By Tristan Marks
“It’s amazing that an egg will fly away in 30 days,” said Barbara Fanson, who hosted an event at the Grimsby Public Library (GPL) last week all about the majestic monarch butterfly.
Fanson taught parents and kids alike about the 30-day life cycle of monarchs with living examples of eggs, caterpillars, chrysalises and fully grown butterflies. She also tagged the full-grown monarchs before releasing them, for research.
Fanson, an author who wrote and illustrated a children’s book titled, Bigger, Bigger Butterfly aimed at teaching younger kids about the species’ life cycle, said that tagging the butterflies as she releases them is an important way to learn more about the species migration habits, and how climate change has affected them.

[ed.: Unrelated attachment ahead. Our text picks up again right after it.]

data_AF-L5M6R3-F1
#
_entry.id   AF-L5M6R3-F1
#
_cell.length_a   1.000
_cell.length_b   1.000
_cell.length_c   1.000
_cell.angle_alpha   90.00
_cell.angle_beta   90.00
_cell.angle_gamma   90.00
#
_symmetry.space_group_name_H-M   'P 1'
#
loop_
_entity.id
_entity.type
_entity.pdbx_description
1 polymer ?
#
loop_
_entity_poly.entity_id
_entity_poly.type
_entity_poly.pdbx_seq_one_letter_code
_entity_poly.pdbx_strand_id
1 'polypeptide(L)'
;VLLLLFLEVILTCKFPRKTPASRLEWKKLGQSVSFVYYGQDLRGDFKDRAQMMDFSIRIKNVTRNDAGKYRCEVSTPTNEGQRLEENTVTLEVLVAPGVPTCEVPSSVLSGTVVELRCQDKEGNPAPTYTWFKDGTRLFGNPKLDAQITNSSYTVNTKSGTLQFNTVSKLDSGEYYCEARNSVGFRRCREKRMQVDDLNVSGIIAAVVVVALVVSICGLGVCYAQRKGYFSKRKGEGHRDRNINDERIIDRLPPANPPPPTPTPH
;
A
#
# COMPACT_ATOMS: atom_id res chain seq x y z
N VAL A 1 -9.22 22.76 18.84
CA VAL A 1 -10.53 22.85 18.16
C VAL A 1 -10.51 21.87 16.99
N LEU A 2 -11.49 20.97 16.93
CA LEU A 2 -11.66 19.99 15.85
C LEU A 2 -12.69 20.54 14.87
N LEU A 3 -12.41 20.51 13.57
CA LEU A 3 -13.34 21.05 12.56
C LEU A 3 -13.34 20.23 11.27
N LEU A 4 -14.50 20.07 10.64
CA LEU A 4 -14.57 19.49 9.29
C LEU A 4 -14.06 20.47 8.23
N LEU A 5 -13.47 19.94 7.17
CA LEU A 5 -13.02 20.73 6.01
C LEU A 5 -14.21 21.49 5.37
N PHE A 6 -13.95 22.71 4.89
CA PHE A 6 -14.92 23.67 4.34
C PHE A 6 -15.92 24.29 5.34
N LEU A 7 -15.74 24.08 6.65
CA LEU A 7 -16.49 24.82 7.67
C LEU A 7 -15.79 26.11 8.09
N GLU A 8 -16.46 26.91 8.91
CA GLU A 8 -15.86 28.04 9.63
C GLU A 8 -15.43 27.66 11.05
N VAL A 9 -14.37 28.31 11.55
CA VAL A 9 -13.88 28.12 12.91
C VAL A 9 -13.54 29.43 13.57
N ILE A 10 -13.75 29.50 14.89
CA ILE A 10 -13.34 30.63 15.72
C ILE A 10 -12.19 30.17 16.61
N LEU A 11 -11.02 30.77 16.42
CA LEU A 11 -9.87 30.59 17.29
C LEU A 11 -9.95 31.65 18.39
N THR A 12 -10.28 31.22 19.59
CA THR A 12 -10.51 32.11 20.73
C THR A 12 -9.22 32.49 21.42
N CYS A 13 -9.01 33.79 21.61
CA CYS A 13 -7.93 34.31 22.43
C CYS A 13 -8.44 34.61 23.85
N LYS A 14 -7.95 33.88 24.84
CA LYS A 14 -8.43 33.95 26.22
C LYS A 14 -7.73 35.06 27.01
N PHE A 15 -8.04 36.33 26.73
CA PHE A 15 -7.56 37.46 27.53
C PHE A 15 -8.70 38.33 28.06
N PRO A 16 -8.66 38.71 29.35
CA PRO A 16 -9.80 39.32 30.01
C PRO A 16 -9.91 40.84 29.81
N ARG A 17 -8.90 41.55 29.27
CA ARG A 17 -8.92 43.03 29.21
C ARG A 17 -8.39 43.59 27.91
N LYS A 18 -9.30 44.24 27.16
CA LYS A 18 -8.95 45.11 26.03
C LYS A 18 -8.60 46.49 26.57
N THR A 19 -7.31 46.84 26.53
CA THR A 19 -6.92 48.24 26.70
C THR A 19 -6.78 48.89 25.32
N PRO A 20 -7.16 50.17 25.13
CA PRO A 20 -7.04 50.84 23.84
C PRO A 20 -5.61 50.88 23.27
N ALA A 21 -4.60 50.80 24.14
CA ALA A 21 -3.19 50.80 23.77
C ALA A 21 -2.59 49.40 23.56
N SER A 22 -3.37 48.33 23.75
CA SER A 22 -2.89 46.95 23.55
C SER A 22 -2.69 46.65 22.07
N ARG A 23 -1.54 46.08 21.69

The tags are available from Monarch Watch (MW), a Kansas-based non-profit dedicated to the conservation and research of monarchs.
Each one has a special tracking number on it as well as a URL for mwtag.org. Anyone who might catch or observe a monarch with one of these tags can go onto the MW site, and log the butterfly’s unique number with the location it was spotted.
“It’s fun, but it also tells us more about monarch, especially what routes they take to Mexico,” said Fanson.
She added that residents can help monarchs by planting at least one milkweed plant and nectar flower, such as goldenrod in their gardens.